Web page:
Girls XL27″ – 29″5’4″ – 5’6″

Women’s Jill Sizing Chart

Here are the proper jock sizing guidelines for women:

Women’s Jill SizeWomen’s WaistWomen’s Height
Womens XS (Size 2)24″ – 26″5’0 – 5’4″
Womens SM (Size 4-6)26″ – 28″5’1″ – 5’5″
Womens MD (Size 8-10)29″ – 31″5’2″ – 5’6″
Womens LG (Size 12-14)31″ – 33″5’3″ – 5’7″
Womens XL (Size 16-18)34″ – 36″+5’4″ – 5’8″+

Remember to always check the sizing details of the individual jock or jill you’re interested in buying. Sizing may vary from product to product or even brand to brand.

What Are Hockey Shorts (Jock Shorts)?

Hockey shorts, otherwise known as jock shorts are a pair of shorts that have an insert for a protective cup to be placed. In times past, a cup was typically secured to the groin area with a jockstrap.

However, as hockey equipment has advanced, cups are being built into equipment that is more comfortable, flexible, durable, and easier to use.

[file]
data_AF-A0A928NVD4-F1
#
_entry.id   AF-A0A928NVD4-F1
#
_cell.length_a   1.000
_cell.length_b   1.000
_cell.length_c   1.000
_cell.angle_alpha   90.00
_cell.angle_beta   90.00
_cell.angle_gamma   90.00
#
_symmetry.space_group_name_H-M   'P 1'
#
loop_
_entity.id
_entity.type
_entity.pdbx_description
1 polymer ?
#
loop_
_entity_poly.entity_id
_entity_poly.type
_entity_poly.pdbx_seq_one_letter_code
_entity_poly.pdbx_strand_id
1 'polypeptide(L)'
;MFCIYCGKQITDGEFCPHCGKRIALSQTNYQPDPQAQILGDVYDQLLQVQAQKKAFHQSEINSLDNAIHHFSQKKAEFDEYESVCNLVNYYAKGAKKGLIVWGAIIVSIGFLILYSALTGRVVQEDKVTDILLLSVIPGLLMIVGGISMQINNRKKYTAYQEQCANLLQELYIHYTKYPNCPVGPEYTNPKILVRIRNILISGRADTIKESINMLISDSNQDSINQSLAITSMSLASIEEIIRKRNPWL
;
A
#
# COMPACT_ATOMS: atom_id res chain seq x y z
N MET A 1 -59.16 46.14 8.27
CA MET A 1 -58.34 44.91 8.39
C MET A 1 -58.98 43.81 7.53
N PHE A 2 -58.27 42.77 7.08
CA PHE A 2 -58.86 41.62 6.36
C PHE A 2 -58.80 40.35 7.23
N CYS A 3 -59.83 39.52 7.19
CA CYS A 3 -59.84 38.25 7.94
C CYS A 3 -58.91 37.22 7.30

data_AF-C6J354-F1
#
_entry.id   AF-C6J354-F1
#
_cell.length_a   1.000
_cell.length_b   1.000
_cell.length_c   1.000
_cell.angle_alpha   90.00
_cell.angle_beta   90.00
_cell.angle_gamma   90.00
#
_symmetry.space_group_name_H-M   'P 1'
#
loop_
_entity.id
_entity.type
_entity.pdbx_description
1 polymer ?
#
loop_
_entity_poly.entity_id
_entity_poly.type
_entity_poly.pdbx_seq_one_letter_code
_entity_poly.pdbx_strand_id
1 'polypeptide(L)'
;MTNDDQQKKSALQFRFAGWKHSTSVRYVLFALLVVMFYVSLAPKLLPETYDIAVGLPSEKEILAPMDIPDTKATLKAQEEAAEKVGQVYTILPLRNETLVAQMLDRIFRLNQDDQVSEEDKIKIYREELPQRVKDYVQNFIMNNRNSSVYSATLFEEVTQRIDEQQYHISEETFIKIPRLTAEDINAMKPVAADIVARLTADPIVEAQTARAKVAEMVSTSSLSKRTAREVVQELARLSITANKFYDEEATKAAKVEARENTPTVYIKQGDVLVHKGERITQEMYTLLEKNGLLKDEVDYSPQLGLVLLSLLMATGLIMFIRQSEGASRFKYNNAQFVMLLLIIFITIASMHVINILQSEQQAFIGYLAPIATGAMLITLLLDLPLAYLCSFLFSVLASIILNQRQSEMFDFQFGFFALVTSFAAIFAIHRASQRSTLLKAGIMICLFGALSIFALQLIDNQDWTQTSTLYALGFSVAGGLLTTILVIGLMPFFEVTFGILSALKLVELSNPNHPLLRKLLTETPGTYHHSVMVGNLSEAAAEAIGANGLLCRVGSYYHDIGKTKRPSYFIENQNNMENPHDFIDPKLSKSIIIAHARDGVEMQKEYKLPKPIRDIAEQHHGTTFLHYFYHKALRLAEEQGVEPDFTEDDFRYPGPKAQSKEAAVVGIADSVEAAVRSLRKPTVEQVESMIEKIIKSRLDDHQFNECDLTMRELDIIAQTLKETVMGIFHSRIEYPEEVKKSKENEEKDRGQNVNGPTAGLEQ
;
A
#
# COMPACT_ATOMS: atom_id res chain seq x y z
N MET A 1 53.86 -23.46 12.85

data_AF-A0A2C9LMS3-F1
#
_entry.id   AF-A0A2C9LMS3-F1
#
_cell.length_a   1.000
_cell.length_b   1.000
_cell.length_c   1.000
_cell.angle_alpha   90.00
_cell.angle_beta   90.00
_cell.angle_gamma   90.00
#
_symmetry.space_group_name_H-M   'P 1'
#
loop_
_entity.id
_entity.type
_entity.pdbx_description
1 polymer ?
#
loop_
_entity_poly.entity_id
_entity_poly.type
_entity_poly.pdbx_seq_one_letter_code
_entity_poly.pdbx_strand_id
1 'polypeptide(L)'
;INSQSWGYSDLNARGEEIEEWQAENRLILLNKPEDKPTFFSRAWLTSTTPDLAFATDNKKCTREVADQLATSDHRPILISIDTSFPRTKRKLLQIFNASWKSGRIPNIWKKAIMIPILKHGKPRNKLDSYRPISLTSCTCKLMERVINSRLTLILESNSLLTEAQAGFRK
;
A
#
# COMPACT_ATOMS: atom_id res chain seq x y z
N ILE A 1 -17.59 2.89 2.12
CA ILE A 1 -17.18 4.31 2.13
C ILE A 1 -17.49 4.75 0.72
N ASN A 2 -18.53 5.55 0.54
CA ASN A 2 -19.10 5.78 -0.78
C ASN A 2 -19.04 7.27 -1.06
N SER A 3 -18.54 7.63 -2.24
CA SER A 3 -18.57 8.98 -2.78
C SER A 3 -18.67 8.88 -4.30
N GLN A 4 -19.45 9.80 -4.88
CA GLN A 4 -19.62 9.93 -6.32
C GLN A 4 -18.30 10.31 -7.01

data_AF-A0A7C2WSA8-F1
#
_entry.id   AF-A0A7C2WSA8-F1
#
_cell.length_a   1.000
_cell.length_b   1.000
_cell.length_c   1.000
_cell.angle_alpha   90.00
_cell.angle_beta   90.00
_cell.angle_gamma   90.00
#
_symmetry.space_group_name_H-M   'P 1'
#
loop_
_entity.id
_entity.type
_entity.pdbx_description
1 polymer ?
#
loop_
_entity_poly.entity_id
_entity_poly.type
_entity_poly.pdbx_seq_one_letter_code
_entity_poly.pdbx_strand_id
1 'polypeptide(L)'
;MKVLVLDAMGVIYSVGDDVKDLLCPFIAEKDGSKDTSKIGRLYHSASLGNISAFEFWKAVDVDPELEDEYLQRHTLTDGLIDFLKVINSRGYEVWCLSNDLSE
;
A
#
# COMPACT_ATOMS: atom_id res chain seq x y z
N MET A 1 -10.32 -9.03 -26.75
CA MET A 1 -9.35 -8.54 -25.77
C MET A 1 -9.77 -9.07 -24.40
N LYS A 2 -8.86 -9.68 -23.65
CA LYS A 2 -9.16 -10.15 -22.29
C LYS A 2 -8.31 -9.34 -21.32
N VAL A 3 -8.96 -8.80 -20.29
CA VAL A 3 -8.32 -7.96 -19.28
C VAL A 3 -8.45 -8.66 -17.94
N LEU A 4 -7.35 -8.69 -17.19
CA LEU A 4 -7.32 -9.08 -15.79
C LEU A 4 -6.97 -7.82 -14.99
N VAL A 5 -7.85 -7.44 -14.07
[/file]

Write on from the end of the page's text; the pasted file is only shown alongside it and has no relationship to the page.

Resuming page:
Hockey shorts are typically made from mesh for breathability. Plus, they’re made with a velcro attachment on the bottom to help hold your hockey socks up.

What Are Compression Shorts?

Compression shorts are very similar to hockey shorts. They’re another base layer of equipment to wear beneath your hockey gear. They’re a newer version of traditional hockey shorts, but rather than being made of mesh, they’re made of stretchy, comfortable material—similar to leggings.

Jockstrap vs. Compression Shorts?

Jockstraps are the traditional groin protectors for old-timer hockey players. Typically, these were worn without anything underneath.

Jockstraps simply hold the cup in place against the groin with straps.

Compression shorts, on the other hand, are stretchy, comfortable shorts with a jock built in. 

Many people prefer compression shorts over jockstraps due to their natural feel.

However, there are still a large number of hockey players who wear jockstraps today —though they often use them with spandex shorts or undergarments beneath.

Hockey Shorts vs. Compression Shorts?

Both mesh hockey shorts and compression shorts are designed with a cup built right in.